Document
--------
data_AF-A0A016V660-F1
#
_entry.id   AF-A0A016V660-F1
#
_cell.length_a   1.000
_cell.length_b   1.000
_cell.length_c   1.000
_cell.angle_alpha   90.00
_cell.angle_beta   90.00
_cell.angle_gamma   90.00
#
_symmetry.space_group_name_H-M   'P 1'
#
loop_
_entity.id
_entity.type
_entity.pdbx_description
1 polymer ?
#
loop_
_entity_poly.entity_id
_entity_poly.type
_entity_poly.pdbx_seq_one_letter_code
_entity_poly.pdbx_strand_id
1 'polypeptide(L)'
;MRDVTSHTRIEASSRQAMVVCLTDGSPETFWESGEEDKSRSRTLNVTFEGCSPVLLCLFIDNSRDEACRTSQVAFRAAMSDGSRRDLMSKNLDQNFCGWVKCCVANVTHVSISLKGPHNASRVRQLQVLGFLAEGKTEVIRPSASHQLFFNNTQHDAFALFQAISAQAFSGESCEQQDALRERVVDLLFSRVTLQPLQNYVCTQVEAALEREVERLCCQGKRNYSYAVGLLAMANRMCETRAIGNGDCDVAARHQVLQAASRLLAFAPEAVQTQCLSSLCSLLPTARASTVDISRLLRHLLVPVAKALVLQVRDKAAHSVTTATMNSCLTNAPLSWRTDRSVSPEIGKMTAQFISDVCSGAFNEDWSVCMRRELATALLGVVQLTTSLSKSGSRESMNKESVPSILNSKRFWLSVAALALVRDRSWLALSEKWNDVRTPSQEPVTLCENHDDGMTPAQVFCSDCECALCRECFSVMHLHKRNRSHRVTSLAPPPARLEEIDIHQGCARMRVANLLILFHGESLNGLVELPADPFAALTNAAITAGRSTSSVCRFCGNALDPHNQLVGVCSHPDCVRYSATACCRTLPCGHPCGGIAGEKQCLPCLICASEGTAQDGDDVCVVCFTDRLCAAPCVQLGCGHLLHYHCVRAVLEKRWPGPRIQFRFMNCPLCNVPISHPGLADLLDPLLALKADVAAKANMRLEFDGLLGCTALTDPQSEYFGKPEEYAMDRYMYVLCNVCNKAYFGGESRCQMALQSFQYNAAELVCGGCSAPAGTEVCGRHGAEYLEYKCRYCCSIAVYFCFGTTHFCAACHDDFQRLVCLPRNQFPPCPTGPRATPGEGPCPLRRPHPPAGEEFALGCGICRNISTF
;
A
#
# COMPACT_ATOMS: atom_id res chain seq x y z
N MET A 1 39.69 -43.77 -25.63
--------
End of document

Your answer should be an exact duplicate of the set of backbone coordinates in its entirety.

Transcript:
data_AF-A0A016V660-F1
#
_entry.id   AF-A0A016V660-F1
#
_cell.length_a   1.000
_cell.length_b   1.000
_cell.length_c   1.000
_cell.angle_alpha   90.00
_cell.angle_beta   90.00
_cell.angle_gamma   90.00
#
_symmetry.space_group_name_H-M   'P 1'
#
loop_
_entity.id
_entity.type
_entity.pdbx_description
1 polymer ?
#
loop_
_entity_poly.entity_id
_entity_poly.type
_entity_poly.pdbx_seq_one_letter_code
_entity_poly.pdbx_strand_id
1 'polypeptide(L)'
;MRDVTSHTRIEASSRQAMVVCLTDGSPETFWESGEEDKSRSRTLNVTFEGCSPVLLCLFIDNSRDEACRTSQVAFRAAMSDGSRRDLMSKNLDQNFCGWVKCCVANVTHVSISLKGPHNASRVRQLQVLGFLAEGKTEVIRPSASHQLFFNNTQHDAFALFQAISAQAFSGESCEQQDALRERVVDLLFSRVTLQPLQNYVCTQVEAALEREVERLCCQGKRNYSYAVGLLAMANRMCETRAIGNGDCDVAARHQVLQAASRLLAFAPEAVQTQCLSSLCSLLPTARASTVDISRLLRHLLVPVAKALVLQVRDKAAHSVTTATMNSCLTNAPLSWRTDRSVSPEIGKMTAQFISDVCSGAFNEDWSVCMRRELATALLGVVQLTTSLSKSGSRESMNKESVPSILNSKRFWLSVAALALVRDRSWLALSEKWNDVRTPSQEPVTLCENHDDGMTPAQVFCSDCECALCRECFSVMHLHKRNRSHRVTSLAPPPARLEEIDIHQGCARMRVANLLILFHGESLNGLVELPADPFAALTNAAITAGRSTSSVCRFCGNALDPHNQLVGVCSHPDCVRYSATACCRTLPCGHPCGGIAGEKQCLPCLICASEGTAQDGDDVCVVCFTDRLCAAPCVQLGCGHLLHYHCVRAVLEKRWPGPRIQFRFMNCPLCNVPISHPGLADLLDPLLALKADVAAKANMRLEFDGLLGCTALTDPQSEYFGKPEEYAMDRYMYVLCNVCNKAYFGGESRCQMALQSFQYNAAELVCGGCSAPAGTEVCGRHGAEYLEYKCRYCCSIAVYFCFGTTHFCAACHDDFQRLVCLPRNQFPPCPTGPRATPGEGPCPLRRPHPPAGEEFALGCGICRNISTF
;
A
#
# COMPACT_ATOMS: atom_id res chain seq x y z
N MET A 1 39.69 -43.77 -25.63